How brands can respond to cancel culture in 2021

Landor & Fitch has highlighted cancel culture as one of the dominating trends going into 2021 for marketers to pay attention here. Here's why and how

In a year many of us wished had been cancelled, it should not surprise anyone that ‘cancel culture’ peaked in 2020, Landor & Fitch executive director insights and analytics for the Americas, Maarten Lagae, says. And it’s going to remain front and centre in 2021, too.  

Brands are increasingly being held accountable for their environmental, societal and cultural impact. Globalisation, social media dominance and digitisation have combined to give consumers the tools and wherewithal to express what they feel and be heard.

What’s more, the rise of more culturally conscious Millennials and Generation Z into positions of economic power, along with increased political divide, has provided the foundations for cancel culture to thrive.  You only have to look at topics such as #Metoo and Black Lives Matter to see this in action.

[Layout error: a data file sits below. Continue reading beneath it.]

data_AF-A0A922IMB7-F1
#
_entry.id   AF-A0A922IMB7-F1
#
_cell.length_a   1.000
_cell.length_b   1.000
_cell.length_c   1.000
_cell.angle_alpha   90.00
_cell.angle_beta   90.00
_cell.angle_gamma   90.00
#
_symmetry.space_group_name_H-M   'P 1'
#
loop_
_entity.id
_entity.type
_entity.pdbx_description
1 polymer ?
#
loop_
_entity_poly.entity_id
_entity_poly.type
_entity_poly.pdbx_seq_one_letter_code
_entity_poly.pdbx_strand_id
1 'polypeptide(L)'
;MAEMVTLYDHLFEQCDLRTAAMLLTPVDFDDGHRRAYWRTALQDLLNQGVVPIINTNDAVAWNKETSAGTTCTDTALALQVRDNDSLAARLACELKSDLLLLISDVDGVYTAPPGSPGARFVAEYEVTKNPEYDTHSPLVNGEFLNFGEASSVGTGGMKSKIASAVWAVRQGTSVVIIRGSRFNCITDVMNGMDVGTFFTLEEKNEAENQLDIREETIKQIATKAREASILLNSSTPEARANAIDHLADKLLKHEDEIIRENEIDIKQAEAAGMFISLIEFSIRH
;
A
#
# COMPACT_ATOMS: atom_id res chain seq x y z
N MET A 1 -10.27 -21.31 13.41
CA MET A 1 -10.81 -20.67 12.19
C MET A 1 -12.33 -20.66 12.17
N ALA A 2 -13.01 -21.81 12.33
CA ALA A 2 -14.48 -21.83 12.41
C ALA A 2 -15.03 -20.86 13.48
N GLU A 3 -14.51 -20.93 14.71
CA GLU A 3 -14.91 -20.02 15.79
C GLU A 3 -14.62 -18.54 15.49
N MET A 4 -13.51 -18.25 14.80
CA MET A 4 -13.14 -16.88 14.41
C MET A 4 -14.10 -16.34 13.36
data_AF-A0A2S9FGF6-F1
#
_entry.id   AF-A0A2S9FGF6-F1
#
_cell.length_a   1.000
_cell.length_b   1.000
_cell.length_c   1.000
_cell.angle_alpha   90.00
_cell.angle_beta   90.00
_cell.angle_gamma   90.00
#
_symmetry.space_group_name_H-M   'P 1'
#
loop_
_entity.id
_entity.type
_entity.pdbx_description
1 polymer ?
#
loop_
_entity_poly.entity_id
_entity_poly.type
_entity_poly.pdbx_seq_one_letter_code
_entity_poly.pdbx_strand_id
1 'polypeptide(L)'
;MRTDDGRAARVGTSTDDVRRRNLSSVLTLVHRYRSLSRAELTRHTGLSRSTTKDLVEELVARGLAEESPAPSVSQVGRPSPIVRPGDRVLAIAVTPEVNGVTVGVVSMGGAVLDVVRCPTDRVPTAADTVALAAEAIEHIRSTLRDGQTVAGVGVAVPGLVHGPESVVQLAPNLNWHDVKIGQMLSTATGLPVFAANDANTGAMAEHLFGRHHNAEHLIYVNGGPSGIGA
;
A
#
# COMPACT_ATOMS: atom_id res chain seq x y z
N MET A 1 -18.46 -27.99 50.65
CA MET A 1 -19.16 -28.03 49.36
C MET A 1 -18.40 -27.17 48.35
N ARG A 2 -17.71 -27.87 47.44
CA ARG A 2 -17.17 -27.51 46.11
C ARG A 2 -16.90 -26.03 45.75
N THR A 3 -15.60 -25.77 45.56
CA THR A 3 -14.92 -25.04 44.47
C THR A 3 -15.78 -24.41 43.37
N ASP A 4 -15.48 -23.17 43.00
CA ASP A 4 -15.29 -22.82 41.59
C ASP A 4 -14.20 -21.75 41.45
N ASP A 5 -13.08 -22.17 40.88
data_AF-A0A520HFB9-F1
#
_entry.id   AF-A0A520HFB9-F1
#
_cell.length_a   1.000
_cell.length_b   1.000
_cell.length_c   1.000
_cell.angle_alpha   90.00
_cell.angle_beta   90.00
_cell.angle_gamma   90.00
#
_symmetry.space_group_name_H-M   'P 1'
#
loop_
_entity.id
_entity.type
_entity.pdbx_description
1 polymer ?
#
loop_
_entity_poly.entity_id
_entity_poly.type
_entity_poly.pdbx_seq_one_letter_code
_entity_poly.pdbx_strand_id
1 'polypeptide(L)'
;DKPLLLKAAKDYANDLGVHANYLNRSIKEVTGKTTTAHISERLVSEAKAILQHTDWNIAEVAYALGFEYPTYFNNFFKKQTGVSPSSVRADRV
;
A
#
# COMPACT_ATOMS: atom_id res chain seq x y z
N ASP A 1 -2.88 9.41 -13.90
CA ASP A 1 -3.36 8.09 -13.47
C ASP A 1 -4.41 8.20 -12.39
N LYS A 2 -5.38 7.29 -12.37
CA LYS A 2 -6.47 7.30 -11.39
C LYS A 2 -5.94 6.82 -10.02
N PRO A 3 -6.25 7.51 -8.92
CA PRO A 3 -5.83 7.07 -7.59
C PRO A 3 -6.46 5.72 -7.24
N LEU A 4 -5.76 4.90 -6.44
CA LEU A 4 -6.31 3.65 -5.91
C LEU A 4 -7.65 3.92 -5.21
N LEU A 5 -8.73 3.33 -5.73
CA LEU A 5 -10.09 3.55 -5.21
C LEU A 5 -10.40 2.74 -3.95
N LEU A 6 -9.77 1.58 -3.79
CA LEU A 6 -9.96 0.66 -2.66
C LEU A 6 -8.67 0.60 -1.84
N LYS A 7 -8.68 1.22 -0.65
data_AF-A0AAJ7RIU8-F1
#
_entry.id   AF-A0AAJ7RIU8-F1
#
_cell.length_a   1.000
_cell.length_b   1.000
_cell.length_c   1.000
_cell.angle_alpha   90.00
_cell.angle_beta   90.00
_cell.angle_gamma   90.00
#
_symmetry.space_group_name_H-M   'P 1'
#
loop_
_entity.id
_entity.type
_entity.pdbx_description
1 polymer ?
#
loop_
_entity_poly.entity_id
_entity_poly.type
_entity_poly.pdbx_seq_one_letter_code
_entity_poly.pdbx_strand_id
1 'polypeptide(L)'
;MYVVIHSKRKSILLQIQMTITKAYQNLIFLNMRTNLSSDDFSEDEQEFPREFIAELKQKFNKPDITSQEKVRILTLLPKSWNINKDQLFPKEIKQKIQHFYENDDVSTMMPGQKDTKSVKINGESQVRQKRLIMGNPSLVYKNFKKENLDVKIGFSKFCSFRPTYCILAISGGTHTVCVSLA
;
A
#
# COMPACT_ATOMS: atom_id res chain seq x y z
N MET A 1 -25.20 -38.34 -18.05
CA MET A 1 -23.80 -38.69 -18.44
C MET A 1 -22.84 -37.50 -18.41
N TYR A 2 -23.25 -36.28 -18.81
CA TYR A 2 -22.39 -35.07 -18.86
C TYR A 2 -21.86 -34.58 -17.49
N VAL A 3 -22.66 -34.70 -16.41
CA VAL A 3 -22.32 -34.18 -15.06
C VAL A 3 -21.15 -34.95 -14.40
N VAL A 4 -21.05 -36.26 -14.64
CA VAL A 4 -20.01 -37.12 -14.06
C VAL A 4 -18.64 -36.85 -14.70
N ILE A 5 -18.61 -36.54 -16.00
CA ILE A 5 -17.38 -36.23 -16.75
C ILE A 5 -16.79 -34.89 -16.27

There’s plenty of research to back it up. The 2021 Edelman Trust Barometer, for example, found 68 per cent of respondents agreeing company CEOs should step in where government does not to help fix societal problems. An equal number believe consumers have the power to force corporations to change. In 2020, 64 per cent of respondents also said they may boycott a brand based on its stand on societal issues.  

With such insights to hand, Lagae predicts in Landor & Fitch’s latest Transformational Trends for 2021 that we’re just as likely to see more brands become the next target (or victim) of cancel culture in 2021 as we did last year.  

Here, we talk with Lagae about the definition and rise of cancel culture, what it means for brands, who’s got it right so far – and who hasn’t – and how CMOs can be prepared in this next normal.  

How at Landor & Fitch do you define cancel culture?